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Big Business In Uzbekistan Targeted In Wave Of Arrests

The crackdown appears to have its origins in a speech by Uzbek President Islam Karimov.
The crackdown appears to have its origins in a speech by Uzbek President Islam Karimov.
By Bruce Pannier
Some of the wealthiest people in Uzbekistan have reportedly been arrested or detained this week, or are being hunted down by Uzbek authorities.

They include the president of one of Tashkent's premier football clubs, the owner of the country's largest wholesale market, construction magnates, and bankers, according to media reports. Others with ties to big business have reportedly fled the country.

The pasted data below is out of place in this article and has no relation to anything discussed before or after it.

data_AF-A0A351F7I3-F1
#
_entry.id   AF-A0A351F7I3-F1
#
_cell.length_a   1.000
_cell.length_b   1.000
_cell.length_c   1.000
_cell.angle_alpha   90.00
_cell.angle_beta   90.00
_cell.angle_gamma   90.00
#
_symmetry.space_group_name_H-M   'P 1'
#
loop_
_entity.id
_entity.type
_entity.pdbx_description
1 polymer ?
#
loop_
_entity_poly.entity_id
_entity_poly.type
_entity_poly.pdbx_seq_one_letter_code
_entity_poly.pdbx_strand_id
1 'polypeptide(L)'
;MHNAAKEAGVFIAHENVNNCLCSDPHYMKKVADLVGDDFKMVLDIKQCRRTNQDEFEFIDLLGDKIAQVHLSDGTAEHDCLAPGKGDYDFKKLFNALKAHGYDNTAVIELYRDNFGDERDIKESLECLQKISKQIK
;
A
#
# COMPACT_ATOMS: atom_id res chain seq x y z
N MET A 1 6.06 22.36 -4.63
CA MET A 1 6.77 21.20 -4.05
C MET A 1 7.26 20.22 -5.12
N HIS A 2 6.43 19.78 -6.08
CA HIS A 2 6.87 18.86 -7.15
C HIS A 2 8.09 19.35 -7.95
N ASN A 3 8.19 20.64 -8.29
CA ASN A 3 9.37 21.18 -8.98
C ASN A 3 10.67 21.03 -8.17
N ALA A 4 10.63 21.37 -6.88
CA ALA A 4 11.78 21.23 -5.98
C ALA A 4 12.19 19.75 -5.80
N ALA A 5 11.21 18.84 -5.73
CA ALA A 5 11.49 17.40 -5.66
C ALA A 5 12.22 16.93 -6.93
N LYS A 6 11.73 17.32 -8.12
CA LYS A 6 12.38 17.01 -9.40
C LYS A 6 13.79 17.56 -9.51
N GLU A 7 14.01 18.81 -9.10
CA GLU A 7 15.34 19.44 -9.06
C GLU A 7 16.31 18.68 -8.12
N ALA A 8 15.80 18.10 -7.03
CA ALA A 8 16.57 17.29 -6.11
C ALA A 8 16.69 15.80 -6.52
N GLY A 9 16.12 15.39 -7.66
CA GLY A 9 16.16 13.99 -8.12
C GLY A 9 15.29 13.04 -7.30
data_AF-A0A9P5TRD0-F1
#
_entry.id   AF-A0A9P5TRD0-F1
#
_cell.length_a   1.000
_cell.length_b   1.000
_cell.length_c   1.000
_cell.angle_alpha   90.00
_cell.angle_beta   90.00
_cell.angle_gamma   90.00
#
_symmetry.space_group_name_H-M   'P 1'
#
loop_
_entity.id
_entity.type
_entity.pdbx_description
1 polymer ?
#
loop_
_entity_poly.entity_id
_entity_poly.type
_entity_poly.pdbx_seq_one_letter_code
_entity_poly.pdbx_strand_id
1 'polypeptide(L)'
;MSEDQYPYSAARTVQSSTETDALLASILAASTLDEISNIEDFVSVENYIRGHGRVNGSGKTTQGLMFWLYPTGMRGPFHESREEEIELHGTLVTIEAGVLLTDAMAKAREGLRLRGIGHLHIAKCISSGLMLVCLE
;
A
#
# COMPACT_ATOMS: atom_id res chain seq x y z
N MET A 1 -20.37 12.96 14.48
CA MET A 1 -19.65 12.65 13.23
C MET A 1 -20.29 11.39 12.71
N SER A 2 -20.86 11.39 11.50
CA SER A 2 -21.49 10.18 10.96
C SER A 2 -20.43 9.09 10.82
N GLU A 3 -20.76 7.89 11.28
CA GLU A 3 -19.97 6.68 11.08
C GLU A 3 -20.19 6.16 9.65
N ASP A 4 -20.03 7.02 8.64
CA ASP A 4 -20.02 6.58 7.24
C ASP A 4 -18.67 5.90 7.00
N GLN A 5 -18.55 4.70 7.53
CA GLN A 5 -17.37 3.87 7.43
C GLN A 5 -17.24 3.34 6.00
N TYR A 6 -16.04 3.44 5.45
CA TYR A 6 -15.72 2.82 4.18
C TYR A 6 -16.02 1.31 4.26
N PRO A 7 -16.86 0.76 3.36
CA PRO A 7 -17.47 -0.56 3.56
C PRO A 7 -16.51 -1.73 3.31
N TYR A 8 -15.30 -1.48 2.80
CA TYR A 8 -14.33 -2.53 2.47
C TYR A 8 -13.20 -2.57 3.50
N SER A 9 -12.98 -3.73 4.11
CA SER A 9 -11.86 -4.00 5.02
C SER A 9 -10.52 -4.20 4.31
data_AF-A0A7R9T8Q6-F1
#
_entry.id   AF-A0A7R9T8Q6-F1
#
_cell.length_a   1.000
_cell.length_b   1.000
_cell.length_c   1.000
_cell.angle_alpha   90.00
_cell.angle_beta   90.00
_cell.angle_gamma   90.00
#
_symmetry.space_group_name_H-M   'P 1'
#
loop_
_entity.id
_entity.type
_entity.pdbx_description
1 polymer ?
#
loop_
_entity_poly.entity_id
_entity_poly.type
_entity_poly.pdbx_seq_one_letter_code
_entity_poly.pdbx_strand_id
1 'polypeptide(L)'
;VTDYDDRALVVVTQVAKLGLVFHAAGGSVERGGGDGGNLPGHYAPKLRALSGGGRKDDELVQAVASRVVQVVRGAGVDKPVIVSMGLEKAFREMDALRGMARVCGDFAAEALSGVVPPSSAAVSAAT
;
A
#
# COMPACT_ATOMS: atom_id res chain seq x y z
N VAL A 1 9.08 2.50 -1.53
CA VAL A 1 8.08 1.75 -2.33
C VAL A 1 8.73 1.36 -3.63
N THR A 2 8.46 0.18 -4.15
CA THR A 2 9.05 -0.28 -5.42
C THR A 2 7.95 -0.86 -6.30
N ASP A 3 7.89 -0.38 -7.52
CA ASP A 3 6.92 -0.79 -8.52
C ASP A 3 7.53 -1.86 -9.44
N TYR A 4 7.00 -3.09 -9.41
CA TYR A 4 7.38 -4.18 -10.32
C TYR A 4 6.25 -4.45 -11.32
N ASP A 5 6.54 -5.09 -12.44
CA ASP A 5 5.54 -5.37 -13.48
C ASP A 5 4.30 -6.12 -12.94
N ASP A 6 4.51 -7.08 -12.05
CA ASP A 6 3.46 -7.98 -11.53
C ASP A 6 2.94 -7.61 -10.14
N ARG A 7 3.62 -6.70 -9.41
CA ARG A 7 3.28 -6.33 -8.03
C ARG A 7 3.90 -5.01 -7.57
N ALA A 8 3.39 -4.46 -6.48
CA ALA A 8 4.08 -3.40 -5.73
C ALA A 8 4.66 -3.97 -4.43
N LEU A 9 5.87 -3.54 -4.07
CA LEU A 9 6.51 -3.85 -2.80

The crackdown appears to have its origins in a speech President Islam Karimov gave in December. According to the website UzMetronom, the president said the authorities would not accept material inequality. "There will be no oligarchs in our country. If anyone has yet to understand this, they should bear it in mind," the website quotes Karimov as saying.

Uzbek officials are portraying this campaign as sort of an anticorruption drive in a country that rarely allows its "dirty laundry" to be aired in public, but some sources believe there is more going on than officials are saying.

The country's media isolation makes it difficult to pinpoint exactly what is happening. Reports refer to financial crimes having been committed but details are sketchy.